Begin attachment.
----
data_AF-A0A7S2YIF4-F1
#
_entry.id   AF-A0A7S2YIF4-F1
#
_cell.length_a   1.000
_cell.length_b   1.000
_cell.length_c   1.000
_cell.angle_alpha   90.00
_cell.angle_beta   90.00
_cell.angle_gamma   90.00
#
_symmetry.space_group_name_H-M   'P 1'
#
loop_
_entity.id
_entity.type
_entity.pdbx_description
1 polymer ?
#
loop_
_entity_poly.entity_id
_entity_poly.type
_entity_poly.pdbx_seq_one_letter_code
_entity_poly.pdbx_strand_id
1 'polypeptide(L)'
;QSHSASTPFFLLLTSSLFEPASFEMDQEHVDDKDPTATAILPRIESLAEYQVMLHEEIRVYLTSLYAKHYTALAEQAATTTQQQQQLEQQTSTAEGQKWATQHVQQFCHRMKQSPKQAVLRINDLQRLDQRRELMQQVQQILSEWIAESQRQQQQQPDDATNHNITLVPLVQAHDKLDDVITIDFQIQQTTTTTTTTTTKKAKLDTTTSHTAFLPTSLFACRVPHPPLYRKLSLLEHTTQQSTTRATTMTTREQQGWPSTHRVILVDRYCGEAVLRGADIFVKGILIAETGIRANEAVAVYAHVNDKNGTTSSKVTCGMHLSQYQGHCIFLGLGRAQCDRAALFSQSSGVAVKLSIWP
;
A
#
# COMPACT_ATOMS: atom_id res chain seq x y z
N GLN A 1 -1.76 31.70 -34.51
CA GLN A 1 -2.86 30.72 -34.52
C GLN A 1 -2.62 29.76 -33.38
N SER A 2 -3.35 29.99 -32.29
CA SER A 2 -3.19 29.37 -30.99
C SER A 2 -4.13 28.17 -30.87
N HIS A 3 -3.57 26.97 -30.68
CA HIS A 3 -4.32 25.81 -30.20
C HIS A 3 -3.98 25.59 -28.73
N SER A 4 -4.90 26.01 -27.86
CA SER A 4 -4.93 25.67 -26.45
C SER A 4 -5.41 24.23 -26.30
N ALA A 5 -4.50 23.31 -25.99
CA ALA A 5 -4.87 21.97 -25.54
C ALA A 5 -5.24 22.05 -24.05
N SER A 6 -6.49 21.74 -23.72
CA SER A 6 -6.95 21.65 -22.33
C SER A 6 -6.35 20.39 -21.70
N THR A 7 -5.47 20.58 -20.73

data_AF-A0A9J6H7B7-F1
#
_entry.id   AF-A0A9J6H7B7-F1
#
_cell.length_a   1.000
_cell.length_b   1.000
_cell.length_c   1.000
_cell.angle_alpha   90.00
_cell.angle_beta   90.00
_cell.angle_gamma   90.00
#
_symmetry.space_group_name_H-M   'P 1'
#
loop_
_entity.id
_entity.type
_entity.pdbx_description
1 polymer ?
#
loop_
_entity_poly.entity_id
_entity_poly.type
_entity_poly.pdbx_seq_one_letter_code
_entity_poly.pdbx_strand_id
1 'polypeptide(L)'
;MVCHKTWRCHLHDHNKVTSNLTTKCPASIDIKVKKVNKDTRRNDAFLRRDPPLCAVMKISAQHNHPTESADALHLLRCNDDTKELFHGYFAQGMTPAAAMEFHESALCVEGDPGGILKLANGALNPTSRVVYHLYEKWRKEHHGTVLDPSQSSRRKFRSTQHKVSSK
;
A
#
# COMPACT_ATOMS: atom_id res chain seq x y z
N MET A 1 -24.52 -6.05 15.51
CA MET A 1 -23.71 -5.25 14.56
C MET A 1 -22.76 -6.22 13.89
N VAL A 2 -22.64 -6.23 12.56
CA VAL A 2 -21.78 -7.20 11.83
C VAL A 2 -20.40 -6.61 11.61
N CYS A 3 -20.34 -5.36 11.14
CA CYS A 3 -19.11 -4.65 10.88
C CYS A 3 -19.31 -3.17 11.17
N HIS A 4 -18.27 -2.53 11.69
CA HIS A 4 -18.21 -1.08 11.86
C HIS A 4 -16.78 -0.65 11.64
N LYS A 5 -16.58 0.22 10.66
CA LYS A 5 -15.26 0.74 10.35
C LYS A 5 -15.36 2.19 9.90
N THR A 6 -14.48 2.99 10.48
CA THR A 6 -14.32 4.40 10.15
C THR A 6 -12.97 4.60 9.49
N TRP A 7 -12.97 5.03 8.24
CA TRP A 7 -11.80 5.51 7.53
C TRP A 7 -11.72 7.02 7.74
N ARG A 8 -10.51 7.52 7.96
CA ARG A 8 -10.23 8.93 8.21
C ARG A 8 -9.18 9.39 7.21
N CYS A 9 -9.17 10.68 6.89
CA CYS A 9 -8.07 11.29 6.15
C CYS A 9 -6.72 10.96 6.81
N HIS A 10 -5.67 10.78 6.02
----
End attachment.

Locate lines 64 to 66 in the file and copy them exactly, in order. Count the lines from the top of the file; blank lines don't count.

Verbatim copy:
_entity.id
_entity.type
_entity.pdbx_description